How: Develop a Chrome extension that wraps tabs around the browser, like shown in the picture below:
Potential: I’d use it. Some more people would. No clear way to monetization, best way to add value is to grow a user base, and then try to get acquired by someone who cares.
Idea: To develop a genome specific biocide, poisonous only to individuals with specific genomes.
Why: The ultimate precision weapon, collateral damage is literally impossible, save for identical genomes.
How: That’s the question. How to develop a system that is general and flexible? Could we develop antibodies tailored to a specific immune system? Could we develop a toxin triggered by a specific combination of proteins in the cytoplasm, and make that combination easily customizable? Could we use DNA binding proteins to trigger the biocide? Could we induce aggressive cancer by cleaving at customizable sequences?
Potential: Any military would pay billions for this.
Idea: A video based social media with a longer video length than Vime where instead of looping, videos play in sequence.
Why: If the content is minimally engaging, it’s very hard to stop watching, simply because the videos are so short you’re always thinking “oh just 20 more seconds to find out what happens”, however, since the next one starts right away, you immediately fall into the same trap...in an infinite loop. This is exactly the kind of media consumption Facebook and the like want you to indulge in: short, shallow, sequential snippets that hold your attention just enough so that you may indulge in the next one. I’m sure that as soon this “twitter of videos” gained a minimum user base, Facebook would snatch it for a billion dollars.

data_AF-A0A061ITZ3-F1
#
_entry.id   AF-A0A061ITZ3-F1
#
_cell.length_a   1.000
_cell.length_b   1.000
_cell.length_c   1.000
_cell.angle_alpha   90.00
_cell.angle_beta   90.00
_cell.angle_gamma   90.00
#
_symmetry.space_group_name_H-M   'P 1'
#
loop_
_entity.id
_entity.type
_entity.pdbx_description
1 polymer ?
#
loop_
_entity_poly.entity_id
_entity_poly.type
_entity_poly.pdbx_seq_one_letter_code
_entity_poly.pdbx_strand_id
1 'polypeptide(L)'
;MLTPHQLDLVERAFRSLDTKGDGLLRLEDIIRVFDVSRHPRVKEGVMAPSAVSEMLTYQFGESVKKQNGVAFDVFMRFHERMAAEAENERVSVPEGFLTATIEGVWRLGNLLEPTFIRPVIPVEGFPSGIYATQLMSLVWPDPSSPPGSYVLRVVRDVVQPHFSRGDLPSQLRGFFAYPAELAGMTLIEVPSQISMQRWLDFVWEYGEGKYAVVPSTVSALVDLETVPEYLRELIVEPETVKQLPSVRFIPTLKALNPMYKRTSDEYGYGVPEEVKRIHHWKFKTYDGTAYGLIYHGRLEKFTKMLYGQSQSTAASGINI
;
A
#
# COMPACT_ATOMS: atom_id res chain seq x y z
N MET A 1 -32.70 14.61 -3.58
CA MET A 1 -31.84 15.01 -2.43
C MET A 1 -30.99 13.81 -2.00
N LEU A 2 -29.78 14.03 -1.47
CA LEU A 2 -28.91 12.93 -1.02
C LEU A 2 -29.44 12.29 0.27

How: Just develop the platform. Add some content creation tools to aid users (like stitching things and adding captions), and all the social media shenanigans (likes, hashtags, tagging), and try to invent a new one: how can we leverage videos for social media?
Potential: Just as much as Vine itself ($1B), Twitter ($40B), Snapchat ($15B) or Instagram ($35B). We’re trying to create a new messaging protocol. The way people communicate is changing, because of the tools they have at their disposal, and mobile bandwidth is ever increasing. From text, to image, and now to video. How we can best harness that change?
Idea: To make a reality where participants live stream recordings from a first person perspective while living their lives, outside a camera set.
Why: Very many times I have found myself (and friends) regretting a situation within our lives had not been captured on camera and shared with the world. Reality often supersedes fiction in terms of amusement, and aside from the value of seamlessly recording situations (especially social) we’re in, they would certainly easily cater to a large audience. Especially once made personal, such kind of media could readily take part in current social platforms.
How: The biggest hurdle is to develop an wearable or implanted camera that can record with sufficient quality and stream it wirelessly. Google glass can do that, so despite the fact it has been discontinued, there are no technical hurdles.
It is then a matter of producing a show. One possible format is to have participants which live in the same environment to broadcast 24/7, editing the best footage into a daily summary that is the TV program, and allowing pay-per-view options for watching any of the participants any time, pretty much exactly like current reality shows. Another format is where individual users broadcast or post produce their own footage, making one-person reality shows. This could easily become another form of social media.
CAVEAT: Privacy. If we offer a livestream of participants daily lives, people will be sure to shriek about privacy. This is what killed Google glass.